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hormones change as women age

When Bathroom Runs Rule the Day (and Night)

I have only one regret about not having been born a male, and it concerns plumbing, namely how easy it is for men to eliminate liquid waste,  whether by avoiding long bathroom lines or being able to relieve themselves discreetly when no facility is available.  My male envy grew after I contracted poison ivy on unmentionable parts when nature called during a hike in the woods. Urination has long been a vexing problem for women.  Read more.

Source: New York Times, December 12, 2016

weight scale measuring tape

Body Composition May Affect Older Women’s Risk of Urinary Incontinence

In a study of older women, the prevalence of stress- and urgency urinary incontinence (SUI and UUI) was at least two-fold higher among women in the highest category of body mass index (BMI) or fat mass compared with women in the lowest category.  Also, women who lost at least 5% of their BMI or fat mass were less likely to experience new or persistent SUI over 3 years than women with less weight loss.  Read more.

Source: EurekAlert, December 6, 2016

drugs for overactive bladder (OAB)

Innovus Pharma Launches its Clinically Proven UriVarx™ Product for Bladder Health in the United States

Innovus Pharmaceuticals, Inc. (“Innovus Pharma”) (OTCQB Venture Market: INNV), an emerging commercial-stage pharmaceutical company that delivers safe, innovative and effective over-the-counter medicine and consumer care products to improve men’s and women’s health and respiratory diseases, today announced the launch of UriVarx™ in the U.S. UriVarx™ is clinically proven to reduce urinary urgency, accidents and both day and night frequency in Overactive Bladder (“OAB”) and Urinary Incontinence (“UI”) patients.  Read more.

Source: BusinessWire, December 1, 2016

school girl

One More Mom-To-Teenage-Daughter Talk: The School Bathroom

It’s early morning and your teenage daughter runs out the door to school. Much will happen today that you may or may not hear about when you see her again tonight. It’s unlikely that you will hear anything about the school restrooms, yet during her day at school, your daughter is developing habits that can affect her bladder for her lifetime [1]. Three hours into the school day your daughter needs to urinate but doesn’t ask to leave her class because she can’t afford to miss information that will be on this week’s exam. Also this teacher gives extra credit to students who don’t ask for bathroom breaks. A minute later her urge to urinate is gone. During her short passing period to lunch she walks by the restroom, but is too busy texting her friend and doesn’t stop. She eats her lunch and heads to her next class. Suddenly she feels her bladder again. She heads to the bathroom but turns around because the floor looks dirty. Sitting down in class she crosses her legs and does not feel her bladder so much, which is good because her teacher does not allow bathroom breaks right after lunch. Read more.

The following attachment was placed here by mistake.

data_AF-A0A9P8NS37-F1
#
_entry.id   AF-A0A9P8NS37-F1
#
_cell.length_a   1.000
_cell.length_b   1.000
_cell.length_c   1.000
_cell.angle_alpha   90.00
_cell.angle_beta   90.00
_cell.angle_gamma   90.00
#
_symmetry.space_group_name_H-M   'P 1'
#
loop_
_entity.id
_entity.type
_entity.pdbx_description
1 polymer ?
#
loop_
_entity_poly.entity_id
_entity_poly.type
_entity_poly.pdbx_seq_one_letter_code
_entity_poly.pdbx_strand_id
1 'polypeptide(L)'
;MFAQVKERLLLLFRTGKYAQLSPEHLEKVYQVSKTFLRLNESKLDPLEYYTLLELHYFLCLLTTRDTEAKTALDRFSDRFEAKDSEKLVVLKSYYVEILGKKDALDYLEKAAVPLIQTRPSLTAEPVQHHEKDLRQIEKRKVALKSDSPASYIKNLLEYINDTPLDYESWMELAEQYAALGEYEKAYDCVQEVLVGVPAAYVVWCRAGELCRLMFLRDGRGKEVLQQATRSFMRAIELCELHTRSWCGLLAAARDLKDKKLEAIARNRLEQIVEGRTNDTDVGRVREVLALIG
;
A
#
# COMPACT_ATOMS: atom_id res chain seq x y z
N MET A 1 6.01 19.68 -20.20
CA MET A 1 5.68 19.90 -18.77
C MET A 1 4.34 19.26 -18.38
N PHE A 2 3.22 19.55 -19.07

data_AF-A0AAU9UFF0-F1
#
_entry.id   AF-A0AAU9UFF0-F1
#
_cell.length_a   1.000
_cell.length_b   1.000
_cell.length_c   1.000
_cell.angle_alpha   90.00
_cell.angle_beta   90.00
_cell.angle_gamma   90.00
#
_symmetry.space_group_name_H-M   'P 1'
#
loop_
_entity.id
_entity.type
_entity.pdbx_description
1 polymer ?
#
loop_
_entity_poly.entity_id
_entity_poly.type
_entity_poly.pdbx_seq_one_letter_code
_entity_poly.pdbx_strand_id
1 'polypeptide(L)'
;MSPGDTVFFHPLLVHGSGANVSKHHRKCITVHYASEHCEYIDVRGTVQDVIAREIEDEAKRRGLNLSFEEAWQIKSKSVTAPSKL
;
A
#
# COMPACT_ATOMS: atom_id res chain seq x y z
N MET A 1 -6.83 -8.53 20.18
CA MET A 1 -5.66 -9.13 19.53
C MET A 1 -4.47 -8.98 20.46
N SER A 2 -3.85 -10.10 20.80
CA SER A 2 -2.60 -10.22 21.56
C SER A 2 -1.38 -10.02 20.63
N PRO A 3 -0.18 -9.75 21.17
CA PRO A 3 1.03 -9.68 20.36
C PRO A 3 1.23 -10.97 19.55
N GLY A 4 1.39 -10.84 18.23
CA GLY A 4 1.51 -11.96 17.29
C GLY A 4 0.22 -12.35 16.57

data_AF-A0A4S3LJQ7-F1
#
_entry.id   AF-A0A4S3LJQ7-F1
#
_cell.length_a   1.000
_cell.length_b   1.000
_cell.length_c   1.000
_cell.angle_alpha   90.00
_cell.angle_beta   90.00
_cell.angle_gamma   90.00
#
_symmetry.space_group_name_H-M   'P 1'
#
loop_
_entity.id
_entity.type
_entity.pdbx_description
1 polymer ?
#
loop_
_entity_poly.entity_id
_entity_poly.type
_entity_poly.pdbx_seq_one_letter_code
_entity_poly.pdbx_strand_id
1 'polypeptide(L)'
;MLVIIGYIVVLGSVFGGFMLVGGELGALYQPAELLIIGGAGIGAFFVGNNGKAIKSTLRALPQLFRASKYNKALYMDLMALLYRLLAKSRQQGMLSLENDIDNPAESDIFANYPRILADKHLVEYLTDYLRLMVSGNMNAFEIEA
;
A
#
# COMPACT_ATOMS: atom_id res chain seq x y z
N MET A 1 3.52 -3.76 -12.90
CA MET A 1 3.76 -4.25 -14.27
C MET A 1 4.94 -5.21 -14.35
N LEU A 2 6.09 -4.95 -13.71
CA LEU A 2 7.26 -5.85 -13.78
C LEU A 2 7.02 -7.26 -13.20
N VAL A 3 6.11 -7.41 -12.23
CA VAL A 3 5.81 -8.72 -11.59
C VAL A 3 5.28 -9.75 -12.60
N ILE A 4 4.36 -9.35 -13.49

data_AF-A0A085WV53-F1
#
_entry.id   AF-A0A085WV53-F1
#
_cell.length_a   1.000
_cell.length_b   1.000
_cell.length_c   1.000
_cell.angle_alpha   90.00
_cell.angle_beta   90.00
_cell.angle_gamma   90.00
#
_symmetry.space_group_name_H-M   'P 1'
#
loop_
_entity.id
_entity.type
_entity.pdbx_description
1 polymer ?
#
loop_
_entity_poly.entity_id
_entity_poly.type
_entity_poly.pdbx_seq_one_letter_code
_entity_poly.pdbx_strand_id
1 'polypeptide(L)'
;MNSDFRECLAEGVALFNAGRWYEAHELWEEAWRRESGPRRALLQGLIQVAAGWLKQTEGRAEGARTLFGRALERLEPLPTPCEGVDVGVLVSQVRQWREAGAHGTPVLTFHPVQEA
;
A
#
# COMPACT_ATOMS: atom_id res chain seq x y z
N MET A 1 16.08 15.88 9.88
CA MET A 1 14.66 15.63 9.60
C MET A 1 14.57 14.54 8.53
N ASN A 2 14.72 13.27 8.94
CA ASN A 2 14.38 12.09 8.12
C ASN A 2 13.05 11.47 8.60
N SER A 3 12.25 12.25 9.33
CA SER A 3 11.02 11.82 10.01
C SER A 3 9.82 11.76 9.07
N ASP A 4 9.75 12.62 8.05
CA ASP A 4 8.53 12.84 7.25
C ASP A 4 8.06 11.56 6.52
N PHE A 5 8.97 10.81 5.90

Source: Huffington Post, November 21, 2016

US Capitol building Congress

Urology Community Applauds Senate For Passing Resolution Proclaiming November As “National Bladder Health Month”

The American Urological Association (AUA) and the Urology Care Foundation, together with the Bladder Health Alliance – a coalition of groups representing physicians, patients and veterans – today applauded the U.S. Senate for passing Senate Resolution 604, a measure supporting the designation of November 2016 as “National Bladder Health Month” in the United States. The resolution was introduced by Sen. Mark Kirk (R-IL) in September. A companion measure, House Resolution 703, was also introduced during the 114th Congress. Read more.

Source: PRNewswire, November 21, 2016

pregnant woman birth childbirth

Women Who Have Not Given Birth Also Experience Urinary Incontinence, Study Finds

Women who have not given birth often end up under the radar for research on urinary incontinence. In a study of this group, however, one in five women over 45 years say they experience this type of incontinence.  “This confirms that problems are found in all groups, and that women have a weakness of the pelvic floor even if they have not previously given birth,” says Maria Gyhagen, gynecologist at Södra Älvsborg Hospital in Borås and researcher at Sahlgrenska Academy at Gothenburg University. Read more.

Source: News-Medical.net, November 9, 2016